Friday

The Perfect Recipe


 
 A few days ago I was thinking about what to make for dinner. Thumbing through a cookbook, I saw a recipe for homemade pasta. It brought back the same memory that always accompanies homemade pasta. I thought about my grandmother’s gnocci.

Some people call them potato dumplings but to me they’re pasta. We ate them in all the ways people eat pasta, with all the same sauces and toppings. My grandmother made the dough, kneaded it then divided it into smaller portions. On a floured wooden surface she rolled each portion into long, thin ropes. After she cut the ropes into small pieces, it was my job to press down with my thumb on each one, making the indent that’s unique to these little pieces of delight. One of my most cherished memories is of helping my grandmother make gnocci. I say ‘cherished’ now but back then it was a different story.

The truth is, try as she did, my grandmother could not instill in me an appreciation for the domestic arts. I was much more interested in being outside, running around with my friends. I thought it was fun to eat gnocci but I had no desire to be stuck in the house making them while the world went by outside the window. It gave me the feeling I was missing something.
My grandmother, circa 1950

Now I realize I was missing something by running out the door so quickly. I have no idea what my grandmother’s recipe for gnocci was. I’ve found some good ones online and they suffice, I suppose, but I wish I could tell you how she made that dough. Like so many great cooks of her generation, my grandmother did not write down her recipes. She cooked from memory. I’m sorry to say the recipe for that gnocci dough is not in my memory.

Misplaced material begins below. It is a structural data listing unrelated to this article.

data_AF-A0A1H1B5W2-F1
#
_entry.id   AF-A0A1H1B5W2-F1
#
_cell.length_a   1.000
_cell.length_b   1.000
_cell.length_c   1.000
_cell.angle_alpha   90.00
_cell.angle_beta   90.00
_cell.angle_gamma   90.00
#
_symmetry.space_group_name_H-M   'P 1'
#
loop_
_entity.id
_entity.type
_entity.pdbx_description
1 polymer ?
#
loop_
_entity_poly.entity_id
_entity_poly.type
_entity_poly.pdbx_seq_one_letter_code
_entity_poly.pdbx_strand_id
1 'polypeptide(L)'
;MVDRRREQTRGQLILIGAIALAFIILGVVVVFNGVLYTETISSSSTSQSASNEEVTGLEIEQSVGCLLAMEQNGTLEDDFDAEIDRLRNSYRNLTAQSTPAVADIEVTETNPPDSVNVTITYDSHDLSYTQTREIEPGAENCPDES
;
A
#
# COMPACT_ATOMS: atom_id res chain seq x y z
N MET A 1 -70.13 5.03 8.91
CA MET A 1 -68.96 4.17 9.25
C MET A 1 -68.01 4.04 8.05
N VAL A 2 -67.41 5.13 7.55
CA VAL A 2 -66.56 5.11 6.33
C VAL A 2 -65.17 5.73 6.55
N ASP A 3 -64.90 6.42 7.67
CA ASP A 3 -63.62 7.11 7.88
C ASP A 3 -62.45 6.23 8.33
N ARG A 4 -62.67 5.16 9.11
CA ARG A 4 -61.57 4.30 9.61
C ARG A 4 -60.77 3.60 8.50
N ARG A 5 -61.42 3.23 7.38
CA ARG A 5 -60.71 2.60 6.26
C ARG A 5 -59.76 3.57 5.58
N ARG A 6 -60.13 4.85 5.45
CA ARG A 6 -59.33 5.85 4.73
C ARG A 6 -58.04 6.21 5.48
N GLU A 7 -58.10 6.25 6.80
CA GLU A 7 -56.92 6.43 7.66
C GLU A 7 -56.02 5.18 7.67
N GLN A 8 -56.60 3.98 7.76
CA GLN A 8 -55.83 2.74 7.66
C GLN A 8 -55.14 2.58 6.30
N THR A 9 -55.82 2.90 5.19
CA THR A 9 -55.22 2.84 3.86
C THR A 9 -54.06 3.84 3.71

One recipe isn’t so big a deal but the principle applies to so many things, especially collecting and writing a family history or memoir. People’s memories go with them and no one has forever. So if the idea of writing a family history appeals to you, don’t wait.  Start now, while the thought is fresh, collecting those stories and writing them down.

If you have memories of being in the kitchen with your grandmother or your mother or your aunts, that’s a great place to start. Think about the aromas, the tastes, the conversations that made up those experiences. Maybe that’s where you heard many of the great stories you know about your family. Working together seems to loosen people’s tongues, particularly when it happens around food.

Wherever your memories are centered, make sure they’re not lost. Take the time to collect them and to write them down. It’s admittedly difficult in this busy life to find the time to reflect and to record those stories but the rewards are more than worth the effort. It might help to start by carving out ten minutes at the beginning or at end of your day. If you do that on a regular basis you’ll have a good amount of material in a short time.

Don’t lose the perfect recipe or the perfect story. Write it down so everyone can have a taste.